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Innisfail wildlife park’s Light the Night display draws hundreds of motorists

The Discovery Wildlife Park attraction is open until Jan. 15
The Light the Night drive-through at Innisfail’s Discovery Wildlife Park will be open until Jan. 15. (Contributed photo).

Doug Bos wasn’t sure what to expect when the gates of Discovery Wildlife Park in Innisfail were opened to motorists for a two-kilometre long drive-through Christmas lights display.

Certainly, getting up to 350 cars a night was unanticipated.

“It’s been overwhelming. We’ve had more people come off the highway to see the lights… I didn’t expect that kind of response,” said Bos, who with his wife Debbi Rowland, started one of the largest seasonal light spectacles in the province.

With an ambitious new goal of adding to the attraction so it becomes known across Western Canada, Bos is already priming some 10-foot candy canes for next year’s display

Since Discovery Wildlife Park’s Light the Night show opened on Nov. 19, many families have been coming from as far as Bashaw and Didsbury. Bos said a Red Deer limousine company has been bringing clients through, and senior tour buses have been arriving from across Central Alberta.

Drivers and their passengers will spend up to half an hour in the 90-acre “a Christmas wonderland,” with lit-up cabins and trees. The mostly handmade attractions include a nativity scene, a working model train, scale versions of a Ferris wheel, Cinderella’s coach, carousel, and helicopter — all lit up with moving parts — while visions of Santa’s sleigh, Christmas trees and snowmen adorn some of the fencing.

There’s even a Grinch mascot greeting guests in the gift shop.

However Bos said advertised tethered hot-air balloon rides have largely had to be cancelled because nighttime winds could hamper safety. Instead, he’s looking at introducing hay rides next time.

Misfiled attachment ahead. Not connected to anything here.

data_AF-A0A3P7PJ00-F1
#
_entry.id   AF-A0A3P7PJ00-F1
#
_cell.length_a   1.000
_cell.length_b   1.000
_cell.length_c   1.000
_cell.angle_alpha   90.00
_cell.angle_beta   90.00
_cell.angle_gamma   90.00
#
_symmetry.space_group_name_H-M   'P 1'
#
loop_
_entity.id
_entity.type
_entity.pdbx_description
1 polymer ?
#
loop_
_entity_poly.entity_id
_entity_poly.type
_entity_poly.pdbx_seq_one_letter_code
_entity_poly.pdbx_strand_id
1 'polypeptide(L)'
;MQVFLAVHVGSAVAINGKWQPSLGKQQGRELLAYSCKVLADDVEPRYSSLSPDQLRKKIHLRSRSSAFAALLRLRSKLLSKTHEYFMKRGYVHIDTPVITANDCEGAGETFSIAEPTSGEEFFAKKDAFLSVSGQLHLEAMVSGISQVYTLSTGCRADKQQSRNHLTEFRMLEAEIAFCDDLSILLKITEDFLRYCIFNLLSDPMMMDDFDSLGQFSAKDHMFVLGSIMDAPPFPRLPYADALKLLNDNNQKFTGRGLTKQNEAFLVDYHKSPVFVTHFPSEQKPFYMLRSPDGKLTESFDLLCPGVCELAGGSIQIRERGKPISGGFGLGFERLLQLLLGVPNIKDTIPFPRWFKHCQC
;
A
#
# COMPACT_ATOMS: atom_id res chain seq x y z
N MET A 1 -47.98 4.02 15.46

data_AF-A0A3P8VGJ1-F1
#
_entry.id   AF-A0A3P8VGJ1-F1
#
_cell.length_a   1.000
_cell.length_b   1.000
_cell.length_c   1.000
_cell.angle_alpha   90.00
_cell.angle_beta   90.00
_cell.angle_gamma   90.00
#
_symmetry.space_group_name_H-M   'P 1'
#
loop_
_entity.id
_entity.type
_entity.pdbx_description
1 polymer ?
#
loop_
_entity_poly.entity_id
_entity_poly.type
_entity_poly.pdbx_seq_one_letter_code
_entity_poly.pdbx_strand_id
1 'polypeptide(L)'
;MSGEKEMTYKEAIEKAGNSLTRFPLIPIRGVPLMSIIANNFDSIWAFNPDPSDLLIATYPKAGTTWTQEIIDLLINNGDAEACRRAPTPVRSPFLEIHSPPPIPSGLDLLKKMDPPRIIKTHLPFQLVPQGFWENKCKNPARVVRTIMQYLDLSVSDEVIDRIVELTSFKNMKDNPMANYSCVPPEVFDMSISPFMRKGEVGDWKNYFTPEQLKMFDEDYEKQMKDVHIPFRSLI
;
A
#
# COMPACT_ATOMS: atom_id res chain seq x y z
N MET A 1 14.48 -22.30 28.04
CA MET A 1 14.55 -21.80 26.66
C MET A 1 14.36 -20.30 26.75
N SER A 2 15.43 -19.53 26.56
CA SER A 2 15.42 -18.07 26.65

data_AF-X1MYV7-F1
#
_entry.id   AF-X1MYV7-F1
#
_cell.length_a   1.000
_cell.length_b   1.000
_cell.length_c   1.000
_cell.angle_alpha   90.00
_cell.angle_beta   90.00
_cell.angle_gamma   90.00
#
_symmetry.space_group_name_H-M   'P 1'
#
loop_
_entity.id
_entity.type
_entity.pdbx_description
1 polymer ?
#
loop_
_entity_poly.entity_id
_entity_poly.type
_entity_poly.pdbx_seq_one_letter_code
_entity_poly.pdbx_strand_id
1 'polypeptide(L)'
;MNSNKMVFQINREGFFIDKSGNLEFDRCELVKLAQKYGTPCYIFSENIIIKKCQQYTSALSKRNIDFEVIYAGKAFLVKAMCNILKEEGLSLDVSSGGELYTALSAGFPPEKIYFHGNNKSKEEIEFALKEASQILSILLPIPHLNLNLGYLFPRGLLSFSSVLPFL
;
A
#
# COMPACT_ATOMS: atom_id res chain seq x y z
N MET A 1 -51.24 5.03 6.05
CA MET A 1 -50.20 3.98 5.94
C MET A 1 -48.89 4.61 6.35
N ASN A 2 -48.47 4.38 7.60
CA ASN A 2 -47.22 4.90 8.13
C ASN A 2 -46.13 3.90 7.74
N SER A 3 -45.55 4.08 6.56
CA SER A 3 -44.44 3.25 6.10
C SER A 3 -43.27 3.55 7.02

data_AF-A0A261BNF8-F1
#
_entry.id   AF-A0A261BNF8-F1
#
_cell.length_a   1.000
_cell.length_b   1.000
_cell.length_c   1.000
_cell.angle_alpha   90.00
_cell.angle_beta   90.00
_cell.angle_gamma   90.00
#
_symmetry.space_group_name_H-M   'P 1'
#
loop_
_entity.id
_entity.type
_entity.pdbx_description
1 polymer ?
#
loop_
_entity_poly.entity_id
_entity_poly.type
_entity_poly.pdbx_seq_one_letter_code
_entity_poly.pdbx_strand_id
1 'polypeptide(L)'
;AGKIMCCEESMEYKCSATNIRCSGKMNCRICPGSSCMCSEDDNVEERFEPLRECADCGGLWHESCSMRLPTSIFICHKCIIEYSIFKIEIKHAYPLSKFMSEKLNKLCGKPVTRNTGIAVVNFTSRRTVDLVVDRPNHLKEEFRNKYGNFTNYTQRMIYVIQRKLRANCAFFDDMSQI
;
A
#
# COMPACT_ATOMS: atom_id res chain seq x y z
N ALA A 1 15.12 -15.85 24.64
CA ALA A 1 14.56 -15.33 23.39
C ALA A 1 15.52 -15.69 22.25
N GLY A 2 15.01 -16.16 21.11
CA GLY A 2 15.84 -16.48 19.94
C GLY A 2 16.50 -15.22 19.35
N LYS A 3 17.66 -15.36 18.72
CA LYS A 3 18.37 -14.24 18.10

The wintertime venture was undertaken to make the seasonal business “busier during a slow time of year,” said Bos. He and Rowland were inspired by Saskatoon’s Christmas festooned Forestry Farm and other such attractions.

Having people come and pay the $30 per vehicle with up to eight people ($50 for more than eight people) admission charge has added two months to the usual five-month season for the wildlife park. Bos figures the the Light the Night display is on track to generate $30,000 for the wildlife park before shutting down on Jan 15.

The unique attraction has also been a boon for other Innisfail businesses, judging by the fast-food packaging that Bos has seen in the vehicles that have come through. “It is a unique thing for Innisfail and a pretty huge economic driver,” he said.

Besides the park’s light show, motorists may catch a glimpse of the animals, including seven or eight grizzly and black bears, camels, elk and wolves that are held in the pens. “The wolves might be running up and down along the fence with the vehicles that go by. They like to do that,” said Bos.

A rescued bear, who’s been featured in films is the latest addition to the wildlife park. Bos said the bear’s previous owner has dementia and can’t look after him, so the park is his new home.

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